Putting horse before the race raises Preakness suspense

May 09, 2000|By John Eisenberg

Those who thought the Triple Crown season would lack suspense this year had better think again.

True, Kentucky Derby winner Fusaichi Pegasus might be so superior to the rest of the 3-year-old crop as to render the Preakness and Belmont mere formalities.

But what if he doesn't run?

What if his trainer, Neil Drysdale, chooses not to run the colt at Pimlico because of some hiccup in his training in the next 10 days? It's a nightmarish vision for Maryland Jockey Club president Joe DeFrancis, who runs the Preakness, but anyone who knows the inscrutable, conservative Drysdale knows that, if anything, he isn't bluffing when he says it's just "a possibility," not a certainty, that the horse will run.

This is a trainer who scratched the probable winner of the 1992 Kentucky Derby on the morning of the race because of a foot ailment, so you know he isn't afraid of suffering the consequences of putting his horse's health above all else.

It's 11 days and counting until the Preakness, and though everyone in racing might want to pretend this isn't happening, there's no guarantee Drysdale will run Fusaichi Pegasus at Pimlico until the colt is loaded in the starting gate.

Let the agonizing wait begin.

"I'm going to be sleeping lightly between now and May20," DeFrancis joked yesterday.

Drysdale probably will work the horse twice at Churchill Downs - the first time later this week - before deciding whether to come to Baltimore. DeFrancis and other Triple Crown officials might resort to praying for uneventful works and general good health.

"Let's just keep everyone with the flu away from the horse," DeFrancis said.

"Let's put [the horse] in a sterile environment. Make him `the horse in the plastic bubble.'"

Not that Drysdale is against running or looking for a way out. What horseman wouldn't love to take a shot at winning a Triple Crown?

"I'm confident, if the horse is healthy and there are no problems, that Neil will come," DeFrancis said.

The pressure is enormous. Almost literally, the weight of the entire industry is on Drysdale.

Racing has spent years looking under rocks for attention-getting superstars, finding far fewer than it needs. Now, here's a horse who resembled the real deal in blowing away 18 competitors in the Derby.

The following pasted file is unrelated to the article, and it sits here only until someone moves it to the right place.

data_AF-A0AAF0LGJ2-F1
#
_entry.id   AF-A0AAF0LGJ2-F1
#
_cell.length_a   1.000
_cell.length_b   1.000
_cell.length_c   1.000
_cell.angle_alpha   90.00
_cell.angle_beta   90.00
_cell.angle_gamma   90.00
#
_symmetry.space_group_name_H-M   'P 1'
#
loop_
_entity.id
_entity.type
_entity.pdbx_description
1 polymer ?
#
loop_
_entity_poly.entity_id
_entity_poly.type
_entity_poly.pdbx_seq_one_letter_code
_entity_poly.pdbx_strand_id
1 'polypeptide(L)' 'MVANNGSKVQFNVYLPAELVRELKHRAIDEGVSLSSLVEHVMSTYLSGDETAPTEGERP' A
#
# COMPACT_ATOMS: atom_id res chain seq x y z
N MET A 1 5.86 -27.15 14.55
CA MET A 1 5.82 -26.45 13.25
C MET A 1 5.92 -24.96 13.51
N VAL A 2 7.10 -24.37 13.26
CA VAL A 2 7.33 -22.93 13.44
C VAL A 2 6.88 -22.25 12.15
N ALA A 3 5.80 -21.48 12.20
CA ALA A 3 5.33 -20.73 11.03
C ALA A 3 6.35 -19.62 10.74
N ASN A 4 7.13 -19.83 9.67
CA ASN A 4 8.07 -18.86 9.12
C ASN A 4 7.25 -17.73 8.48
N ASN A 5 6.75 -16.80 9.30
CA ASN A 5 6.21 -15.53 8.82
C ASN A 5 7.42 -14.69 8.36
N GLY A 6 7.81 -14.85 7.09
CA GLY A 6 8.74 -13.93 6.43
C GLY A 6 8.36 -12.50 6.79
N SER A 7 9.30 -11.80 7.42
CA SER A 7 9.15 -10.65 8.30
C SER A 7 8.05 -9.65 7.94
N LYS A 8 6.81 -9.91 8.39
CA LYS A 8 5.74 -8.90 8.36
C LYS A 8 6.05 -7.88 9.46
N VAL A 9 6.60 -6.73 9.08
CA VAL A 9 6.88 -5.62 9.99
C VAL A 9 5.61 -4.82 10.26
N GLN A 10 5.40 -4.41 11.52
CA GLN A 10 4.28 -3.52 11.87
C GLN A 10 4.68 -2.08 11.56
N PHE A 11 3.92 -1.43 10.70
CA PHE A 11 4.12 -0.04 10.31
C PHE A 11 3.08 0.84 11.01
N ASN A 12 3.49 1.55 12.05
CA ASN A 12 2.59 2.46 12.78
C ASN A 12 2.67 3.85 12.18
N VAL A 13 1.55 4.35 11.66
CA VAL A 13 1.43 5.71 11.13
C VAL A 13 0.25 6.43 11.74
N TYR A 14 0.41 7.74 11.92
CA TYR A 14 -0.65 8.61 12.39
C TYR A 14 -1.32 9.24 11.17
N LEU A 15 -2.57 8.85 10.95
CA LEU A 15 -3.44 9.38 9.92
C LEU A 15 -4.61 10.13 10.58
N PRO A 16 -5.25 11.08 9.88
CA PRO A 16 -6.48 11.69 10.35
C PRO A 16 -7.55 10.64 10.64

"He could be the best horse to look through a bridle since Spectacular Bid," DeFrancis said.

A Triple Crown triumph by such a horse might get racing on the cover of Sports Illustrated for the first time in years, adding to the momentum stirred by a new, $51.5million Triple Crown TV contract and the unifying presence of the National Thoroughbred Racing Association.

Having to scotch the idea without seeing the horse even take a shot would be the ultimate downer.

Oh, sure, the Preakness has survived the loss of the Derby winner before, and it surely would again. Grindstone was injured and unable to run in1996. Elevenyears earlier, Spend A Buck's owner, Robert Brennan, chased a big bonus in the Jersey Derby instead of chasing a Triple Crown. The Preakness survived.

Let's face it, the event is still a party more than a horse race to many fans, and the gonzos in the infield don't even know if they're betting on horses or elephants by late in the afternoon, anyway.

Still, losing Fusaichi Pegasus after such a fine Derby win would effectively gut the 125th Preakness of substance. That would be a profound disappointment.

"The Preakness will always go on," DeFrancis said, "but with the 125th anniversary and the possibility of such a great horse, there's a chance for a really special event. Stars aren't aligned like that too often."

Trainer D. Wayne Lukas, who won the Preakness a year ago with Charismatic, scoffed at the idea of Drysdale's pulling out.

"Count Neil in," Lukas said almost disdainfully Sunday

But remember, Lukas is much more aggressive than Drysdale about entering horses in races. Lukas has brought three Derby winners to the Preakness without waffling an instant.

"I have the utmost respect for Wayne, but most people would tell you that he and Neil are at the opposite ends of the spectrum," DeFrancis said.

Lukas also is that rare horse trainer with a larger world view. He understands what's good and bad for racing, and he actually cares.

Drysdale only cares about his horse, period. He's so old school, if he were a football fullback, he'd sport a crew cut and high-top cleats. He neither seeks media attention nor bathes in it, and he doesn't go around giving positive-thinking speeches or offering his opinion on everything from the stock market to the NBA playoffs.

"No touchy-feely questions, please," he told reporters before the Derby last week.

In the wake of his greatest triumph, he quickly bolted from a track-sponsored celebration to get back to the barn and Fusaichi Pegasus last Saturday night.

He isn't going to be swayed by any factor other than what's right for the horse.

He had the nation's best 3-year-old by a furlong in1992, but he scratched A.P. Indy within hours of the Kentucky Derby when the colt turned up lame.

If anything goes even a little bit wrong before the Preakness, he won't hesitate to scratch his horse again, even with a chance to make history.

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